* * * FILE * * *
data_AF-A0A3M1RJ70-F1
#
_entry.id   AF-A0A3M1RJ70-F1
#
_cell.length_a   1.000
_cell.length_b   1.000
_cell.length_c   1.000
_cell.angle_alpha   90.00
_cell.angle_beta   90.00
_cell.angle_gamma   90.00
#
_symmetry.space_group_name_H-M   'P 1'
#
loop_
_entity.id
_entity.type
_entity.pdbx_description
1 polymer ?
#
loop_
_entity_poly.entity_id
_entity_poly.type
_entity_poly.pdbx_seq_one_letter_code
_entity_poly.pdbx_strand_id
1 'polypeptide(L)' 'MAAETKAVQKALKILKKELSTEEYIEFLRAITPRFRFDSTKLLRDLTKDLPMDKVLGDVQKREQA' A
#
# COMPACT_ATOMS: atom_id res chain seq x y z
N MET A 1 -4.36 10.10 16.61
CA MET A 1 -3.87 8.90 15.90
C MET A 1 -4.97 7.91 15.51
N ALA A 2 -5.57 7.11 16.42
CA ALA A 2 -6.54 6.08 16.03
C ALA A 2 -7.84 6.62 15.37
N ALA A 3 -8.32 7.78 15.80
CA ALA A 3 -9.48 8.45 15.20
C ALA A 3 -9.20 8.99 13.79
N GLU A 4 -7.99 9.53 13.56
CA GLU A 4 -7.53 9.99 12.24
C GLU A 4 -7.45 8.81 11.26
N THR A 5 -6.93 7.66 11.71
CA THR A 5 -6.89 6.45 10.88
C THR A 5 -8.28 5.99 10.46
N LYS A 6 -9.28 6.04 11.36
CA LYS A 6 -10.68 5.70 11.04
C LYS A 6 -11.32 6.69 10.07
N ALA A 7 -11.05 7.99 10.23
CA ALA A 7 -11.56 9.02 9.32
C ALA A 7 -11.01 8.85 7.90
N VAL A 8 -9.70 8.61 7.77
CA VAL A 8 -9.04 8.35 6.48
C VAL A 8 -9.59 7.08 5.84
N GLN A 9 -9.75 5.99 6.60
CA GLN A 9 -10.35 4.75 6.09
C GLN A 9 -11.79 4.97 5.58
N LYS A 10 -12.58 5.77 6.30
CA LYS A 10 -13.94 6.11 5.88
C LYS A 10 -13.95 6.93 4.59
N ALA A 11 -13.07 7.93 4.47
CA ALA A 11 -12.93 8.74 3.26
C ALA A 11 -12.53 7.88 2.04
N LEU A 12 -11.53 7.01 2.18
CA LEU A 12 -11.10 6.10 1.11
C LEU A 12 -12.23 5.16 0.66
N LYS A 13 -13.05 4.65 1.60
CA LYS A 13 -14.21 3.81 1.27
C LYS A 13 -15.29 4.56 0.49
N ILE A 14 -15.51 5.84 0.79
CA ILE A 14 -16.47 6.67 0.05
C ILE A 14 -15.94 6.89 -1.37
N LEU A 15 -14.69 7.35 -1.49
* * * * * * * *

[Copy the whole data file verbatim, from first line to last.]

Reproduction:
data_AF-A0A3M1RJ70-F1
#
_entry.id   AF-A0A3M1RJ70-F1
#
_cell.length_a   1.000
_cell.length_b   1.000
_cell.length_c   1.000
_cell.angle_alpha   90.00
_cell.angle_beta   90.00
_cell.angle_gamma   90.00
#
_symmetry.space_group_name_H-M   'P 1'
#
loop_
_entity.id
_entity.type
_entity.pdbx_description
1 polymer ?
#
loop_
_entity_poly.entity_id
_entity_poly.type
_entity_poly.pdbx_seq_one_letter_code
_entity_poly.pdbx_strand_id
1 'polypeptide(L)' 'MAAETKAVQKALKILKKELSTEEYIEFLRAITPRFRFDSTKLLRDLTKDLPMDKVLGDVQKREQA' A
#
# COMPACT_ATOMS: atom_id res chain seq x y z
N MET A 1 -4.36 10.10 16.61
CA MET A 1 -3.87 8.90 15.90
C MET A 1 -4.97 7.91 15.51
N ALA A 2 -5.57 7.11 16.42
CA ALA A 2 -6.54 6.08 16.03
C ALA A 2 -7.84 6.62 15.37
N ALA A 3 -8.32 7.78 15.80
CA ALA A 3 -9.48 8.45 15.20
C ALA A 3 -9.20 8.99 13.79
N GLU A 4 -7.99 9.53 13.56
CA GLU A 4 -7.53 9.99 12.24
C GLU A 4 -7.45 8.81 11.26
N THR A 5 -6.93 7.66 11.71
CA THR A 5 -6.89 6.45 10.88
C THR A 5 -8.28 5.99 10.46
N LYS A 6 -9.28 6.04 11.36
CA LYS A 6 -10.68 5.70 11.04
C LYS A 6 -11.32 6.69 10.07
N ALA A 7 -11.05 7.99 10.23
CA ALA A 7 -11.56 9.02 9.32
C ALA A 7 -11.01 8.85 7.90
N VAL A 8 -9.70 8.61 7.77
CA VAL A 8 -9.04 8.35 6.48
C VAL A 8 -9.59 7.08 5.84
N GLN A 9 -9.75 5.99 6.60
CA GLN A 9 -10.35 4.75 6.09
C GLN A 9 -11.79 4.97 5.58
N LYS A 10 -12.58 5.77 6.30
CA LYS A 10 -13.94 6.11 5.88
C LYS A 10 -13.95 6.93 4.59
N ALA A 11 -13.07 7.93 4.47
CA ALA A 11 -12.93 8.74 3.26
C ALA A 11 -12.53 7.88 2.04
N LEU A 12 -11.53 7.01 2.18
CA LEU A 12 -11.10 6.10 1.11
C LEU A 12 -12.23 5.16 0.66
N LYS A 13 -13.05 4.65 1.60
CA LYS A 13 -14.21 3.81 1.27
C LYS A 13 -15.29 4.56 0.49
N ILE A 14 -15.51 5.84 0.79
CA ILE A 14 -16.47 6.67 0.05
C ILE A 14 -15.94 6.89 -1.37
N LEU A 15 -14.69 7.35 -1.49